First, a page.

Every once in a while someone will catch me in a video without any shoes on and freak out. They wonder why I’d encourage people by example to do something as unsafe as working out without any shoes on.

We were basically told that our feet were inherently flawed and only these shoes could fix what Mother Nature screwed up.

The funny thing is, as some of you know there is a whole movement centered on Barefoot Training and while it is getting more popular I realize that not everyone has heard of it before.

If so then you may not know why I do it and encourage my clients to do so as well. If not, let me explain…

The essence of training is to restore and strengthen proper movement. Just like a car, if your body is out of alignment then power will be lost and extra wear and tear will result.

All of your body parts work together to create movement and your foot is particularly important.

Your foot is where it all begins – it is your main contact point with the ground. The foot is amazing display of natural engineering.

Here are a few facts about the foot and how they help you move:

– Your foot has is one of the top three most finely wired areas in the body. Your toes are as sensitive with nerve endings as your lips and fingertips.

– Your feet have pressure sensors in them that they use as feedback for firing stabilization muscles.

– 25% of the bones in your entire body are in found in your feet.

– An arch, which is the strongest structure in nature, is part of your foot. It is made to absorb shock and return energy.

The foot has adapted to thousands of years of running and walking without the aid of modern athletic shoes. Studies have shown that despite hundreds of millions of dollars in research and development shoe companies have yet to produce a shoe that allows us to run and train without a ridiculously high injury rate.

In fact, one study found that the more expensive your shoes are the higher your risk of injury.

Several cultures still exist today that spend almost all of their time bare foot or close to it (some people wear a sandal for protection). None of these cultures suffer from the same orthopedic issues that plague our society.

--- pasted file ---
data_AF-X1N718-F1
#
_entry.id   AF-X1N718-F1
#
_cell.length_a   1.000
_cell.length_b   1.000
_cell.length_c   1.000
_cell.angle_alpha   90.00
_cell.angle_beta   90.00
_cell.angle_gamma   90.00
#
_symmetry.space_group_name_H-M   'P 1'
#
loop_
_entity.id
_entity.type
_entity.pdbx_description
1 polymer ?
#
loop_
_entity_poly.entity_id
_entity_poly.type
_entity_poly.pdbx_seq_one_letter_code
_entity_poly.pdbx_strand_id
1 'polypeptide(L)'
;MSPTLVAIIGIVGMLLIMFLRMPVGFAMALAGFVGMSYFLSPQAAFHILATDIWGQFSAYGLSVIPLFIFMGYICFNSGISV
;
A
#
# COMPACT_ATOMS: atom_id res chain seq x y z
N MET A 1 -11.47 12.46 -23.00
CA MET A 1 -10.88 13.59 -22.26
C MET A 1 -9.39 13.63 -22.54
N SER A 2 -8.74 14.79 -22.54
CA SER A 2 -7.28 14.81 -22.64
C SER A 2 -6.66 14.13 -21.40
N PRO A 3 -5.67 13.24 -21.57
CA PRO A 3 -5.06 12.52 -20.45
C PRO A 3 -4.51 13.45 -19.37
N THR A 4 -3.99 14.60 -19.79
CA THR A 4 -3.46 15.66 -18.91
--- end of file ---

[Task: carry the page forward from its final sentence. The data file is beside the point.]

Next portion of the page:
Their feet, ankles, knees and hips all seem to work together to keep the body in alignment.

Few people realize that the modern running and athletic shoe was not developed out of need but instead through an attempt to improve on nature. It was literally one guy with a waffle iron trying to add rubber to the heel of a running shoe.

He thought that if you could lengthen the stride and strike the ground heel first you could cover more distance with fewer steps.

This guy went on to found Nike and the rest is history. All of a sudden we started running and moving differently as a species.

Because of all the technology in the shoes we were now able to run further using an unnatural stride.

We over-stabilized the foot, giving shoes anti-pronation soles and arch support. We were basically told that our feet were inherently flawed and only these shoes could fix what Mother Nature screwed up.

The harder they tried to fix the problem the worse it got.

When running our feet are made to pronate slightly, strike the ground mid-foot and roll into the arch. The arch then compresses and absorbs the shock and then returns some of that energy into the stride.

Big cushy shoes change this whole cycle drastically.

You can not alter how one area moves without affecting the surrounding areas of the body. If you stabilize and immobilize the foot you will throw everything else out of alignment.

This will inflict extra wear and tear on the ankles, knees, hips and low back.

This is why I am a proponent of the Barefoot Training mindset – our feet are made to be a part of how we move, not an obstacle that must be overcome. Training as close to barefoot as possible will force the feet to get stronger which will improve your overall movement and reduce your risk of injury.

Basically any shoe that offers minimal arch support and cushioning will do. You will probably find that your feet cramp and fatigue on you at first. This is normal and part of the process of you feet waking up and getting stronger.

Here are some shoes that I have found offer a great option to the typical training shoe:

– Nike Frees

– Vibram Five Fingers

– Converse All Stars (or the Target One Stars)

Working with our body and embracing our true limiting factors is the only way to train in a sustainable way. Sure, you may not be able to go as far or train as hard at first but at least you won’t get hurt in the long run.

And after all, if you’re hurt it don’t matter how fit you are.

So what are your thoughts on this whole “barefoot training” thing? Post a comment below, I’d love to hear them.

And if you like this article please click one of the Like or Share buttons below to help spread the word.

Until next time…

Ride Strong,

James Wilson

2 thoughts on “Why I train barefoot…and you should too.

  1. Steve says:

    Love this article nicely written.Great work James on getting the word out there . Working out barefoot outside on grass , sand etc is also the next step and allows “earthing” qualities too.

Leave a Reply

Your email address will not be published. Required fields are marked *